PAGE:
Accounting policies are important to any business to maintain consistency and to set up a standard for decision-making. Based on policies, procedures are developed and followed, including paying bills, cash management and budgeting. Accounting policies are usually approved by top management and do not change much throughout the years. They are developed for long-term use, reflecting a firms’ values and ethics. Accounting policies are not the same as accounting principles. Accounting principles are the rules, and accounting policies are how a firm adheres to these rules.
Policies in the area of accounting maintain standardization across the board and are used as disclosures in audited financial statements. For example, a retail firm may use the First In, First Out method as a policy on inventory and sales. That policy must be used consistently and disclosed in the footnotes of financial statements. Disclosure of accounting policies helps readers in better interpreting a company's financial situation. Accounting principles can be very general at times, so policies can be very important. A review of a specific company's accounting policies can indicate whether management is conservative or aggressive when reporting earnings.
Accounting policies can be about any financial matter, such as consolidation of accounts, depreciation methods, goodwill, inventory pricing and research and development costs. In the non-profit sector, spending policies have become popular, especially when endowments are present. Policies may vary with individual industries and sectors.
Many policies are not optional, but mandatory, especially if you are dealing with a public firm. The Securities and Exchange Commission requires full disclosure of policies regarding items that involve estimations and that are material to the financial statements. The Sarbanes-Oxley Act of 2002 spearheaded many policies, for example that executives should not take loans from the company. Based on this act, many firms now have a whistle-blower policy where employees can call in reporting possible fraud. You must have certain policies in place to avoid trouble with auditors and government.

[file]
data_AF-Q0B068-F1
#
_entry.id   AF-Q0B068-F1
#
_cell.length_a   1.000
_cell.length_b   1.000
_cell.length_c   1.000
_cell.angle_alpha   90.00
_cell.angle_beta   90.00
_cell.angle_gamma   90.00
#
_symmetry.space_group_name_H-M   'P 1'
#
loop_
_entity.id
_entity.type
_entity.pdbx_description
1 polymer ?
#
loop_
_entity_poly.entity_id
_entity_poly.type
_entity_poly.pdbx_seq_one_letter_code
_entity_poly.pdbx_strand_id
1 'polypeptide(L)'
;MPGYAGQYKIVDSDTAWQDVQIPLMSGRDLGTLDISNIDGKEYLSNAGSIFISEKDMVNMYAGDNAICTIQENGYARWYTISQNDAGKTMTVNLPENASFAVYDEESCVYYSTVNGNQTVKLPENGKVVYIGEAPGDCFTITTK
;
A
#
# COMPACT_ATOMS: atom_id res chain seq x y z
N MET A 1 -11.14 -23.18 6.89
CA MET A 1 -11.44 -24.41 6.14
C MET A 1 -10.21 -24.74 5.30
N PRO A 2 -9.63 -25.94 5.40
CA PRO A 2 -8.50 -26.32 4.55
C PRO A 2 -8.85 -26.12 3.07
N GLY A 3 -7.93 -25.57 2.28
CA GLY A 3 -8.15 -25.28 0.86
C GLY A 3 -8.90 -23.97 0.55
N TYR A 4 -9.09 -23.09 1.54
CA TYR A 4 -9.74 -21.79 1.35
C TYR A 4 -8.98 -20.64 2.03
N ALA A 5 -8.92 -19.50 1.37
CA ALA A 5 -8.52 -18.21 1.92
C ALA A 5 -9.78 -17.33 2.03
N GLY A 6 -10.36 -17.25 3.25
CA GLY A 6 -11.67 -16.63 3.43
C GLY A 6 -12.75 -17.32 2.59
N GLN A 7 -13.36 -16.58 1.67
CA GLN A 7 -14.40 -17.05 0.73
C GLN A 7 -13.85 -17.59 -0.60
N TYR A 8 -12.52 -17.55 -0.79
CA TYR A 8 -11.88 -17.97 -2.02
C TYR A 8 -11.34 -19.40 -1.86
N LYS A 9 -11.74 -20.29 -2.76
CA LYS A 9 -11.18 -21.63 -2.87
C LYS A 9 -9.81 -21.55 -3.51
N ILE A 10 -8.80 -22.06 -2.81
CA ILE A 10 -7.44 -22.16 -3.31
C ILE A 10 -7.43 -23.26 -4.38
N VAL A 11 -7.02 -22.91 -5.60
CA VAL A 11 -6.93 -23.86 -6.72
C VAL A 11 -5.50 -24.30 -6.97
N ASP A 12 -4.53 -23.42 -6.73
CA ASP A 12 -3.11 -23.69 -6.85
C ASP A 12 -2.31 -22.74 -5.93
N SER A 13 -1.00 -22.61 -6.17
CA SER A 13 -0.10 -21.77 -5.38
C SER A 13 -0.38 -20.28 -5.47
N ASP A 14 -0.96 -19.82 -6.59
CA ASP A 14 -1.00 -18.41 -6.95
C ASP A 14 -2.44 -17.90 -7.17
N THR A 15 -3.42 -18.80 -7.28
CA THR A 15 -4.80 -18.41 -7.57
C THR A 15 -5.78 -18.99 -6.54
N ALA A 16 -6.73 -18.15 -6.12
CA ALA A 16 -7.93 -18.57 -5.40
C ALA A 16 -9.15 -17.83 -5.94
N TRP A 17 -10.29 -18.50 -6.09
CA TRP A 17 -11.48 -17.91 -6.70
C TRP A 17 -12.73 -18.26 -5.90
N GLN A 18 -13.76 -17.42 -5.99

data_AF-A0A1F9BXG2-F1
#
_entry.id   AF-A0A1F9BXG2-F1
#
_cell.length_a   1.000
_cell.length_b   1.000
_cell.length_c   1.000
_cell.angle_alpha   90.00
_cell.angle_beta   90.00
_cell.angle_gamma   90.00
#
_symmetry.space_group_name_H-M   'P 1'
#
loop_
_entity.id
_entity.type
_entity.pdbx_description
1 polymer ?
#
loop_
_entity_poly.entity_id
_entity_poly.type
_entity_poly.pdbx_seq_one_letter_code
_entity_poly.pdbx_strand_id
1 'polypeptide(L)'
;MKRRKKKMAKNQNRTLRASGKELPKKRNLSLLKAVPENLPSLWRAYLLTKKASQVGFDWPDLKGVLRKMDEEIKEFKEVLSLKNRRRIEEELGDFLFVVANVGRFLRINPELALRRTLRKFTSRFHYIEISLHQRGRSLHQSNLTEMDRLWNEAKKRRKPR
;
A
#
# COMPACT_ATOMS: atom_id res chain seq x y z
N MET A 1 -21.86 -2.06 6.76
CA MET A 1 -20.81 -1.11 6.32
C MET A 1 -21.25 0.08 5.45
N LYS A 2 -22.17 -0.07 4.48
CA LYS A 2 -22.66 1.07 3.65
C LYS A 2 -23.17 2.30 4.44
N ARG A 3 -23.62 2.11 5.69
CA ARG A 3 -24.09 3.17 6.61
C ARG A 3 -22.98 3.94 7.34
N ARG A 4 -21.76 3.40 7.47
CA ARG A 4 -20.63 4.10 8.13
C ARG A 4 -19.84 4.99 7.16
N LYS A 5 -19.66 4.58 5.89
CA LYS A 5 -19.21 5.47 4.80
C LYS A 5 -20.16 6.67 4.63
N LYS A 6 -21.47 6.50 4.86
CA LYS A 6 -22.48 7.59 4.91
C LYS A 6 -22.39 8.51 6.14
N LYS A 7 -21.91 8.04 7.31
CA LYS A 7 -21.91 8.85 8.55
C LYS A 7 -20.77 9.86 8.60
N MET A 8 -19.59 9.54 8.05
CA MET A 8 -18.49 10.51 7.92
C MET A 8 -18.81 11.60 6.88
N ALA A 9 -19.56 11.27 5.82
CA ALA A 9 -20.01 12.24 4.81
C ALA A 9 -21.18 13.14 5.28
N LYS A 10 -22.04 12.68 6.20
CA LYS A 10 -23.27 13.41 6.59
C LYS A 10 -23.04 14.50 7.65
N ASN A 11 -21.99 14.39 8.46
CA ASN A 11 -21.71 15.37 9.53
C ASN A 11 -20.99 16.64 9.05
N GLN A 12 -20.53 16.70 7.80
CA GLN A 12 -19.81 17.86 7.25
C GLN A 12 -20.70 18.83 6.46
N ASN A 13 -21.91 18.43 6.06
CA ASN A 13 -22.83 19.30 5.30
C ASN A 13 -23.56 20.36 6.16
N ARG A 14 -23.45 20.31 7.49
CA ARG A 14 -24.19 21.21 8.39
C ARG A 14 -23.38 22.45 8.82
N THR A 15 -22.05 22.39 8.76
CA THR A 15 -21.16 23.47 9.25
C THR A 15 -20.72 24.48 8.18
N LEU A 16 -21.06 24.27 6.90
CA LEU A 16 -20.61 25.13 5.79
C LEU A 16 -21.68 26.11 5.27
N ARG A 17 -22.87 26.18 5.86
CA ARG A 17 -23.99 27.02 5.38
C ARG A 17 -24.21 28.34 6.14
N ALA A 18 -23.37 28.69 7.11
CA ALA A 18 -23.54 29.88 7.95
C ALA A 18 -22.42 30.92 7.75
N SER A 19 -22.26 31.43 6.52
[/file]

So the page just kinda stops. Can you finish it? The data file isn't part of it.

Having policies on internal controls is an important part of the accounting process as it helps prevent losses and misuse of assets. Segregation of duties is usually part of internal control policy. For example, a person handling live checks and money shouldn't be responsible for booking them in an accounts receivable system. The point is to create a system of checks and balances backed up by a policy.
International Financial Reporting Standards (IFRS) is a new accounting system developed by the International Accounting Standards Board to make the American system and the European system similar. Many firms are migrating into this new system, most often requiring a policy change and disclosures in the financial statements.
In large firms and governments, there is a person or even a department in charge of policies, including accounting policies. Usually a CFO or a Finance Director proposes a policy and then it is approved by a board executive or finance committee. It's a serious process as policies affect an entire company.
Sheila Shanker is a certified public accountant based in California. She writes online courses for professionals seeking CPE hours and has also published the book "Guide to Non-profits: From the Trenches." Her articles have been published in national magazines such as the "Journal of Accountancy," "Architecture Business and Economics" and "Veterinary Economics." Shanker holds a Master of Business Administration.